To succeed in a claim of negligent misstatement under general tort law, the member would have to prove that on the balance of probabilities:
- the employer owed the employee a duty of care not to carelessly cause the harm suffered;
- the employer breached their duty;
- reliance on the misstatement (the breach of duty) caused the loss complained of; and
- the member suffered a loss.
Negligent misstatement claims can be tricky for employees and pension scheme members to prove because it is often difficult to show evidence of a change in position by the member or reliance on the statement which has been detrimental to them. However, in Mr N’s case, TPO held there would be reliance on the Employer’s statement sufficient enough to cause the loss complained of.
To help avoid cases of misstatement, steps that employers should consider taking include:
- obtain professional advice on the proposed content of communications;
- provide easily comprehensible, written communications to employees; and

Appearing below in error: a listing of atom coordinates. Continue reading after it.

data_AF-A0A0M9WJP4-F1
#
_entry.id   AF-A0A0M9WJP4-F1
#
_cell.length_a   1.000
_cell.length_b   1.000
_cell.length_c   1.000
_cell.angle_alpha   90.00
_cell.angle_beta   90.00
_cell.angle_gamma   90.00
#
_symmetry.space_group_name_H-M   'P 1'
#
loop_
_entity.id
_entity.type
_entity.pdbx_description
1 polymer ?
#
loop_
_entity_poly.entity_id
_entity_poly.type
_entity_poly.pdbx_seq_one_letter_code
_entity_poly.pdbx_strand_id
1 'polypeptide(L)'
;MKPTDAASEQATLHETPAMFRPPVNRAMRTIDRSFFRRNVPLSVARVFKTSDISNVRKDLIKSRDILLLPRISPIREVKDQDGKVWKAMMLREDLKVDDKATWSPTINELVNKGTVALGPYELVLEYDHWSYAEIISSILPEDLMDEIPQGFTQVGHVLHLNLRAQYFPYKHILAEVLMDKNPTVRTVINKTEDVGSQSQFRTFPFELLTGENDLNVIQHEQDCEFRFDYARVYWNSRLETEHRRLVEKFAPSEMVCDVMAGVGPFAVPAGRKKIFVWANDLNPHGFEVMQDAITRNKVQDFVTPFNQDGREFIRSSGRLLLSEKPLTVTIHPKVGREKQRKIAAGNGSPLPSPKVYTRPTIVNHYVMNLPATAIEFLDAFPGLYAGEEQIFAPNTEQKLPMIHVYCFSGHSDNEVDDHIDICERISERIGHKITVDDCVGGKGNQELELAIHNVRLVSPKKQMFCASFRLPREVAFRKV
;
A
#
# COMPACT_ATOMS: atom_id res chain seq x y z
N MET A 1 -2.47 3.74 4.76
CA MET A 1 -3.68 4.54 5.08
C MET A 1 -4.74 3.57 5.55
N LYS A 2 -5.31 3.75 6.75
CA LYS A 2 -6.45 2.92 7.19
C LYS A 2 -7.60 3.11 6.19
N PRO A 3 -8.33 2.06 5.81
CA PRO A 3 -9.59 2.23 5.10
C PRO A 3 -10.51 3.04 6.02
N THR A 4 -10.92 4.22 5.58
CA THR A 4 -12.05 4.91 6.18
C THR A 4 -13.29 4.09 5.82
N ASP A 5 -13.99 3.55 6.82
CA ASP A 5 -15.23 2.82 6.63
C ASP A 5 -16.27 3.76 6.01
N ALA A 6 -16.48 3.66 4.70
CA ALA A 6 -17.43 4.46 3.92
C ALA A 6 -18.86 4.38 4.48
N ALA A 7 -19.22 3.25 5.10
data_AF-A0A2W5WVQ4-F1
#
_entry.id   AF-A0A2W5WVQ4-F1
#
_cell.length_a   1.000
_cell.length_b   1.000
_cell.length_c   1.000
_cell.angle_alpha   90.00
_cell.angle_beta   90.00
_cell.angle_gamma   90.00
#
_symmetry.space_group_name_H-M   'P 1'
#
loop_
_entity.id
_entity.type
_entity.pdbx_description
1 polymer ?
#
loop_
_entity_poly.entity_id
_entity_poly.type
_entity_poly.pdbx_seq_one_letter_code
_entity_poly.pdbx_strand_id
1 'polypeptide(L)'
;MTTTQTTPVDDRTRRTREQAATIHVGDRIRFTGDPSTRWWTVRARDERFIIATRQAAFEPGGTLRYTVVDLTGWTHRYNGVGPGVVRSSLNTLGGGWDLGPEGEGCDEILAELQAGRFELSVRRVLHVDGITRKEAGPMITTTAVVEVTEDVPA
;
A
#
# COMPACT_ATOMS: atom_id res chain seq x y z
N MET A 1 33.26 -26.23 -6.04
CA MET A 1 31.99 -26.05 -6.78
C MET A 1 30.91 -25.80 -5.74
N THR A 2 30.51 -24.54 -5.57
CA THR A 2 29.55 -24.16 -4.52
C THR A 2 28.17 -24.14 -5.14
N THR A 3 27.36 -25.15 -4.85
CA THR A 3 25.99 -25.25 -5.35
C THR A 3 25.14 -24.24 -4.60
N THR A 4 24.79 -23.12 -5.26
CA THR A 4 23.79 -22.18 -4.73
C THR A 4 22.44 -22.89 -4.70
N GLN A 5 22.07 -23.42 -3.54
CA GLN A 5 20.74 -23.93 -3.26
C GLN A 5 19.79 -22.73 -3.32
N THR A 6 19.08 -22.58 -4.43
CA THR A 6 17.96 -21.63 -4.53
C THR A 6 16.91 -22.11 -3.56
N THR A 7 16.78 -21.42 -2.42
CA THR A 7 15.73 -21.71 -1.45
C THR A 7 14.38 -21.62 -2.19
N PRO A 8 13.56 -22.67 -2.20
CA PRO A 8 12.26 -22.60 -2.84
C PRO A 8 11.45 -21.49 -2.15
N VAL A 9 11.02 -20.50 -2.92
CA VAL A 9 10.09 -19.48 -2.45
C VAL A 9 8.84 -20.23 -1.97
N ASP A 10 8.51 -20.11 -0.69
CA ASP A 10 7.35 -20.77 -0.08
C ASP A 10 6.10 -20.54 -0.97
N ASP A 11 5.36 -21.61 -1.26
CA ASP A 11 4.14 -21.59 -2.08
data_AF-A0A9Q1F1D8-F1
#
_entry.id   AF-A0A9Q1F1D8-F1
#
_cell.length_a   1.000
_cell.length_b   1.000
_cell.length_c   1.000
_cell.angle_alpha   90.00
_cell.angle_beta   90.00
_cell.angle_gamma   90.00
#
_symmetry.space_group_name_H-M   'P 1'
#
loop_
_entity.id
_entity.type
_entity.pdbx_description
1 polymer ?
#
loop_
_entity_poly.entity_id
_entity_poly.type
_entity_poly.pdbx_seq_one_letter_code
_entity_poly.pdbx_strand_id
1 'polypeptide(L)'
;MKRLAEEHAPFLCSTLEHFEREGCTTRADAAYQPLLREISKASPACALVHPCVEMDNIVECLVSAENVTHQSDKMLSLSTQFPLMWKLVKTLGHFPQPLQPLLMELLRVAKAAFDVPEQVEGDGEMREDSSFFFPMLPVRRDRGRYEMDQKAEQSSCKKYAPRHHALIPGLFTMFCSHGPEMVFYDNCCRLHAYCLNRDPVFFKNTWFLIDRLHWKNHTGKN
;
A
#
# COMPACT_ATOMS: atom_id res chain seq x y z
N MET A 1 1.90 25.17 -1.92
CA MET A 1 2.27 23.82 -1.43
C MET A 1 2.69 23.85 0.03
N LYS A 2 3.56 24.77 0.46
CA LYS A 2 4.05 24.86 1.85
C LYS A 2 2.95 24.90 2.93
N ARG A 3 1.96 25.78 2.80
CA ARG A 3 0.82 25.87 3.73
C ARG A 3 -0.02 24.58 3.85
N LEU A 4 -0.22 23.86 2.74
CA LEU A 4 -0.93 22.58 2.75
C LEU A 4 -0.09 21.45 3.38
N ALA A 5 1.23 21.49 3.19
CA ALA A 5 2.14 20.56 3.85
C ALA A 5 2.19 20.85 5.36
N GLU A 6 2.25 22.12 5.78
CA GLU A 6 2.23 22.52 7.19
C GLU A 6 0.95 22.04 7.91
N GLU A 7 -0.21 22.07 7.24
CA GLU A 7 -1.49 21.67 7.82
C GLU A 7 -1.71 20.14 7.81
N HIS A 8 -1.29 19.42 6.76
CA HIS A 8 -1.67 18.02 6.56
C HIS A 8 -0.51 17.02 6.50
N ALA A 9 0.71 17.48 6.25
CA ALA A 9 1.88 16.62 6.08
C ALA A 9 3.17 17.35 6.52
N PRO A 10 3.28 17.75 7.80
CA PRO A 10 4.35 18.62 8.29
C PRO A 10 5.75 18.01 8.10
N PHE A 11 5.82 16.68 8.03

- keep records of those communications, and of any statements made at meetings with employees or their representatives.
What is the Impact of TPO’s Determination?
Employers should take heed of the requirement to notify employees about the existence of valuable pension rights, whether in respect of a PPA or more generally under the duty established in Scally. Failure to do so could result in the employer being liable for any losses incurred by the employee. Information provided must not be misleading or inaccurate.
Important to note, however, is that the Determination does not require employers to provide their employees with specific tax advice. The scope of the Determination is limited to providing adequate and accurate information.
In our view, the Determination helps to clarify the scope of the employer’s duty to inform the employee of valuable pension rights. Employees’ rights to information from their employers has arguably been bolstered, particularly in circumstances where the relevant employer knew or ought to have known about key information in respect of pensions. However, cases tend to be fact-specific and obtaining professional advice on the content of communications before issuing them is wise.
Employers which have used the Government’s Furlough Scheme should carefully take into account the Determination when communicating with their employees. As the Furlough Scheme continues to change, employers may well need to issue communications to their employees about the impact on a furloughed employee and /or on the contract of employment in relation to pension benefits and other matters.
For further information in relation to the impact of the forthcoming changes to the Furlough Scheme on pensions, please see Part 2 of this Pensions Compass click here.